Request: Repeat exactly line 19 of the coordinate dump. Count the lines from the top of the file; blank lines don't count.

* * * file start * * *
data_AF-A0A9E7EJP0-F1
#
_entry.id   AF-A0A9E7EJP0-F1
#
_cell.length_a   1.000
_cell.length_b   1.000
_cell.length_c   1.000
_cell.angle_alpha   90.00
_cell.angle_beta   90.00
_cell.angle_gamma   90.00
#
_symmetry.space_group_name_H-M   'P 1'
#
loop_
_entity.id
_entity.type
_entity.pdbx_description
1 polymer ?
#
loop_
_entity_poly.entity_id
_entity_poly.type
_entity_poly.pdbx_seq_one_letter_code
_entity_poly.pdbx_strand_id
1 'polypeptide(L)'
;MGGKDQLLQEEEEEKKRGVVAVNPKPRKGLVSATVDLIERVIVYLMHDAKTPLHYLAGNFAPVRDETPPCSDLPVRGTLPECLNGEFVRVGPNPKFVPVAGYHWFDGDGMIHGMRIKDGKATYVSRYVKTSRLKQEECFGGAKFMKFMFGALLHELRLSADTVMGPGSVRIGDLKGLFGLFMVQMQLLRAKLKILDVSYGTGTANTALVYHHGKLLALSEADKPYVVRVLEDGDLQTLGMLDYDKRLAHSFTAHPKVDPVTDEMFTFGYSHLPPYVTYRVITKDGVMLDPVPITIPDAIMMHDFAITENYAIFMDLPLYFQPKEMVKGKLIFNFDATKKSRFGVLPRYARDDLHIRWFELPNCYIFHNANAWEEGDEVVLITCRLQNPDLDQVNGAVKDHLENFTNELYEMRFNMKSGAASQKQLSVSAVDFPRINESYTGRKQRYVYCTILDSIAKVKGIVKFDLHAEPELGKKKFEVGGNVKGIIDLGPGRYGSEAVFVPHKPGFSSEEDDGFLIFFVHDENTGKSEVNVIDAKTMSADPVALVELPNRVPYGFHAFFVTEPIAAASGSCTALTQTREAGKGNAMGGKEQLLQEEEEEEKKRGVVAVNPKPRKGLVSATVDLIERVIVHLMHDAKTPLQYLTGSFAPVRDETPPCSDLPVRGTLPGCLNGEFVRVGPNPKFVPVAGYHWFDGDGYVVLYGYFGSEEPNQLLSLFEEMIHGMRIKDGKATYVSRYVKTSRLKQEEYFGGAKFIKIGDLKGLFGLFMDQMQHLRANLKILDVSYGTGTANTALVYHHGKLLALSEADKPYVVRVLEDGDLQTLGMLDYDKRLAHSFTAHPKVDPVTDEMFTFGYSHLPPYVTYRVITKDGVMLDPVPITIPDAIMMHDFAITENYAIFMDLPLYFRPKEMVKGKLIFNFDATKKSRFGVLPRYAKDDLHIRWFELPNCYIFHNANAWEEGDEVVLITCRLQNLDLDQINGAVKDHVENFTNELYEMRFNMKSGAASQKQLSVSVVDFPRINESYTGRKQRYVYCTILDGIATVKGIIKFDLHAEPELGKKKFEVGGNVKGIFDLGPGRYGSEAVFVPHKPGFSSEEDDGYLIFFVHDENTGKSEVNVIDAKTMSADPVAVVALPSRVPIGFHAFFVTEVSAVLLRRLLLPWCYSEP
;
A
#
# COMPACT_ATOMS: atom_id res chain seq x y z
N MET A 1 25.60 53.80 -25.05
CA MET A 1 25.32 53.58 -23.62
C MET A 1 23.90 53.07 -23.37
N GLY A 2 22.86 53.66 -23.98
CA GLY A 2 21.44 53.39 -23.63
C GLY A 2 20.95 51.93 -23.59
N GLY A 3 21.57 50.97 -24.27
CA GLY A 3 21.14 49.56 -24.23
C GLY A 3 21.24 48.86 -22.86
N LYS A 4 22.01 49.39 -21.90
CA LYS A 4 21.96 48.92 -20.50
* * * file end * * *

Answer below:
#